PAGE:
Joseph Tykociński-Tykociner was a pioneer when it comes to using sound-in-film. He was the first to demonstrate the it was possible to record a soundtrack directly on a film strip. He demonstrated his invention by filming his wife saying “I will ring,” and then ringing a bell. Unfortunately, his patents were subjected to a ownership dispute and consequently his work never made it commercially. After inventing the sound-on-film technique, he began researching antenna designs which eventually became the precursor to radar. Joseph was born in Włocławek, Poland in 1877 before immigrating to the USA in 1895. It was there that he might famed inventor Nikola Tesla and became an expert in shortwave radio.
12) The Red Hot Chili Peppers
Although Hillel Slovak (pictured on the far right above) was the founding guitarist of the Red Hot Chili Peppers, his career in the band and life were tragically cut short because of addiction. His death left members of the band in extreme grief and only Kiedis and Flea were able to continue with the band. They said the would continue in hopes of continuing what Slovak “helped build”. Slovak was born in Israel to a mother of Polish descent and left for the US at the age of 5.
13) Warner Brothers
Probably the most surprising on this list, the Warner Brothers were actually Polish-Americans. Born near Warsaw, Poland they first emigrated to Baltimore, then Canada, before finally settling in Youngstown, Ohio. The father of the brothers changed their name from Wonskolaser to Warner while waiting for his family to arrive in the USA. The company and the brothers are considered major contributors the the US movie industry.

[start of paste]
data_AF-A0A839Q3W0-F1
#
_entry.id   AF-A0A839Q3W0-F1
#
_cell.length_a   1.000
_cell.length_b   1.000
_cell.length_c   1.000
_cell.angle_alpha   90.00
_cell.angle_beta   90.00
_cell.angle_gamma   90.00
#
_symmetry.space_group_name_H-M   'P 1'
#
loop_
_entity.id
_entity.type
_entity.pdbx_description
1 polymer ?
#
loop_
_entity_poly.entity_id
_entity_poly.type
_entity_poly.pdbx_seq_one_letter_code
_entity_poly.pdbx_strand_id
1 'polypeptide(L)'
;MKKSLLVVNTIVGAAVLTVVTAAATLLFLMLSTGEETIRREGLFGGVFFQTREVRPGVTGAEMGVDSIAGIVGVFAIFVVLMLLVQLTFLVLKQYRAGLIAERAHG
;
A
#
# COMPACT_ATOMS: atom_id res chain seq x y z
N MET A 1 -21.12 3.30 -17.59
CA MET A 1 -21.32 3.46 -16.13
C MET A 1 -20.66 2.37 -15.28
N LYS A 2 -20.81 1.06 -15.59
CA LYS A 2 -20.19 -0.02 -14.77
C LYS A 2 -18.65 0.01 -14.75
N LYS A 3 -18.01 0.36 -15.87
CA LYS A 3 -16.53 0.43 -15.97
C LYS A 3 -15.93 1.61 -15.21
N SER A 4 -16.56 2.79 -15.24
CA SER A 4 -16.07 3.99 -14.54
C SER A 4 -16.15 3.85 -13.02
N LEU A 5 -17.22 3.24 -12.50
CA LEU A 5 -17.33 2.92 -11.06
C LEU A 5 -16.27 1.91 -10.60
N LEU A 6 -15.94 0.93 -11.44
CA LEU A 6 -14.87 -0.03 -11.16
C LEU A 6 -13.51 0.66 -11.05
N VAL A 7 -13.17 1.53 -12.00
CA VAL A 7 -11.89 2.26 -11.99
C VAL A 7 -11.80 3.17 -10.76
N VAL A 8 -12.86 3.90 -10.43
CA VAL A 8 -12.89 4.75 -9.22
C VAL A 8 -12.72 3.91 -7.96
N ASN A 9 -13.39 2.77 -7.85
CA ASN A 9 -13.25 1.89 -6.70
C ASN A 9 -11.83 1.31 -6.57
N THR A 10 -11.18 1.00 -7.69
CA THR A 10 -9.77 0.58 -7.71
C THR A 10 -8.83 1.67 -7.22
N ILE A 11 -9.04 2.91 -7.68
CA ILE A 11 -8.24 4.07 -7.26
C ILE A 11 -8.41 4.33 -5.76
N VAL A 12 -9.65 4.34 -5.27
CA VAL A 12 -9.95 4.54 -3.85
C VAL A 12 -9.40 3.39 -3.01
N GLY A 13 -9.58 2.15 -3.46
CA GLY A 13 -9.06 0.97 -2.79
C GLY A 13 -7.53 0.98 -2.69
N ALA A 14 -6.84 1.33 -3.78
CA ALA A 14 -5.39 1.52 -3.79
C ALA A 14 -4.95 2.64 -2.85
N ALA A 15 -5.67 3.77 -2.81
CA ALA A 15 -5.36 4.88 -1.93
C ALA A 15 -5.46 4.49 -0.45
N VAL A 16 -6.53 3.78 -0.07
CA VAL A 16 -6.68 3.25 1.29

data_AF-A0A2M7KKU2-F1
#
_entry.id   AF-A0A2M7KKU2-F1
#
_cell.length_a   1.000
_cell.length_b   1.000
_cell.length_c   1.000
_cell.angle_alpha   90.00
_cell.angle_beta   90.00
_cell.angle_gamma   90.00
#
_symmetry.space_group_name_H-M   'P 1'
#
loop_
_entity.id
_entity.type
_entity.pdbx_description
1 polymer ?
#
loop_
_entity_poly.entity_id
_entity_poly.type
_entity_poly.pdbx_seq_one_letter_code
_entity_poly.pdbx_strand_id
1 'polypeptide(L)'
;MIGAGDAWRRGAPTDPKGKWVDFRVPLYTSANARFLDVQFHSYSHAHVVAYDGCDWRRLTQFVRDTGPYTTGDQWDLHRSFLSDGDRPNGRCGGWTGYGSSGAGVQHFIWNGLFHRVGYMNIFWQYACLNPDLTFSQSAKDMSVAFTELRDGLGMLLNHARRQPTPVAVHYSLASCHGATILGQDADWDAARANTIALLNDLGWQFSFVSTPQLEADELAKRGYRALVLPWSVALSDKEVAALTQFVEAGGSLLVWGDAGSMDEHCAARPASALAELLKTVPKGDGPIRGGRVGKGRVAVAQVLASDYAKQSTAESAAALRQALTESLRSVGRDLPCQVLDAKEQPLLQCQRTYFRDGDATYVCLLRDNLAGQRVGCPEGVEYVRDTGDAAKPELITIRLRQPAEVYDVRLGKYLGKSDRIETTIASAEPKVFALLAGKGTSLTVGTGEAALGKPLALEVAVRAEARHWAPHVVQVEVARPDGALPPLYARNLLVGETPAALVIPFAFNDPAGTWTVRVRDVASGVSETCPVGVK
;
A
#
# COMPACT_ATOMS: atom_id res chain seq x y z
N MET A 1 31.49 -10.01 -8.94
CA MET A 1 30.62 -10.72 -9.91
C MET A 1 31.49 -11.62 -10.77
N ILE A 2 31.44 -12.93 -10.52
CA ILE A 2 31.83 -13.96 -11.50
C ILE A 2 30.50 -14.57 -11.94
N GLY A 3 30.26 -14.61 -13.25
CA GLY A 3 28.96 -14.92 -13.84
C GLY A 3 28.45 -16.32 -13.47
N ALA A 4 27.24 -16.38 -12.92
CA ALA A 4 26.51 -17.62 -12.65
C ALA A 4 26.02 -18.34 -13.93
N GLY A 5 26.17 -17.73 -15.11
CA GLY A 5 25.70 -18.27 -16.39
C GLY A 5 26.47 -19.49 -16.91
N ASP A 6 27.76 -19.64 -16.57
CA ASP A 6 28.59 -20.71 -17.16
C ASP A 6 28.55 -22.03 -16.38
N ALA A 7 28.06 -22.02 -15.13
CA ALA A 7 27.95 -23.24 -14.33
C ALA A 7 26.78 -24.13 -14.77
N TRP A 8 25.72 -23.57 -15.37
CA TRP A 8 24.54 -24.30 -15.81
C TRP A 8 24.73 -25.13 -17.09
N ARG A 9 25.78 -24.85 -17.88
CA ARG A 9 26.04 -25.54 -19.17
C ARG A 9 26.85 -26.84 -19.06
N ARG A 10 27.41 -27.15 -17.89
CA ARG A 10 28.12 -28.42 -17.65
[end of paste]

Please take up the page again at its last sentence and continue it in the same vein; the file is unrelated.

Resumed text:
Kevlar was invented in 1964 by Polish-American chemist Stephanie Kwolek. Stephanie was born to two Polish parents in Pennsylvania in 1923. She began researching alternative materials to use on bike tires since a gasoline shortage was anticipated in 1964. The result was a new polymer that was 5 times stronger than steel (ounce for ounce). It has saved thousands of lives since it was invented and a study by law enforcement officials credits Kevlar for saving the lives of over 2,700 police officers. Stephanie’s work with Kevlar is also credited for creating huge interest in a new field called, Polymer chemistry.
15) Van Halen
From the group’s creation in 1974 to 1996, the bassist for the band was Michael Anthony (far right above). Born as Michael Anthony Sobolewski, he joined the band in 1974 after meeting Eddie Van Halen at Pasadena City College. After Michael joined the band, the group changed its name from Mammoth to Van Halen. He’s best known for his live solos, stage antics, backup vocals, and impressive collection of bass guitars.
As you can tell from the amazing people above, Polish-Americans are capable of shaping the United States on the grandest scales. By working together, Polish-American can truly accomplish anything. Join PAL-PAC today and let’s help Polish-Americans make a real change in politics!